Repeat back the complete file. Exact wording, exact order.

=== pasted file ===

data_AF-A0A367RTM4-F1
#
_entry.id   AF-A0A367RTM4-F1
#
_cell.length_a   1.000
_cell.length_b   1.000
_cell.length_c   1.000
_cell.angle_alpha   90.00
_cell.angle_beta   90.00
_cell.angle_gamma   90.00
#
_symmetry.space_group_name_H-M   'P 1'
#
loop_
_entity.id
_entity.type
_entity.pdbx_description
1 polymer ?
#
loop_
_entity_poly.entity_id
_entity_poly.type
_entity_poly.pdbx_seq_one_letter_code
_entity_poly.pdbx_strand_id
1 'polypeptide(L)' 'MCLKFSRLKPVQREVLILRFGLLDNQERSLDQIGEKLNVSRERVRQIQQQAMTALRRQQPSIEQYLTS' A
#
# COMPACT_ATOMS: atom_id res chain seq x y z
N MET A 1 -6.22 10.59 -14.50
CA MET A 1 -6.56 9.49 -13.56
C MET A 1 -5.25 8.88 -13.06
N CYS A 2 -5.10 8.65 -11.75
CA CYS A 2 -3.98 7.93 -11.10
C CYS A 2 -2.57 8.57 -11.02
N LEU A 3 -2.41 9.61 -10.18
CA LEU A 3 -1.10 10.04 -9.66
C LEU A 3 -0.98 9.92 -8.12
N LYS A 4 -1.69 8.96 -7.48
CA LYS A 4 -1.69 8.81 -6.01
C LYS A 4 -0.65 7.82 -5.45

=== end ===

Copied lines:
data_AF-A0A367RTM4-F1
#
_entry.id   AF-A0A367RTM4-F1
#
_cell.length_a   1.000
_cell.length_b   1.000
_cell.length_c   1.000
_cell.angle_alpha   90.00
_cell.angle_beta   90.00
_cell.angle_gamma   90.00
#
_symmetry.space_group_name_H-M   'P 1'
#
loop_
_entity.id
_entity.type
_entity.pdbx_description
1 polymer ?
#
loop_
_entity_poly.entity_id
_entity_poly.type
_entity_poly.pdbx_seq_one_letter_code
_entity_poly.pdbx_strand_id
1 'polypeptide(L)' 'MCLKFSRLKPVQREVLILRFGLLDNQERSLDQIGEKLNVSRERVRQIQQQAMTALRRQQPSIEQYLTS' A
#
# COMPACT_ATOMS: atom_id res chain seq x y z
N MET A 1 -6.22 10.59 -14.50
CA MET A 1 -6.56 9.49 -13.56
C MET A 1 -5.25 8.88 -13.06
N CYS A 2 -5.10 8.65 -11.75
CA CYS A 2 -3.98 7.93 -11.10
C CYS A 2 -2.57 8.57 -11.02
N LEU A 3 -2.41 9.61 -10.18
CA LEU A 3 -1.10 10.04 -9.66
C LEU A 3 -0.98 9.92 -8.12
N LYS A 4 -1.69 8.96 -7.48
CA LYS A 4 -1.69 8.81 -6.01
C LYS A 4 -0.65 7.82 -5.45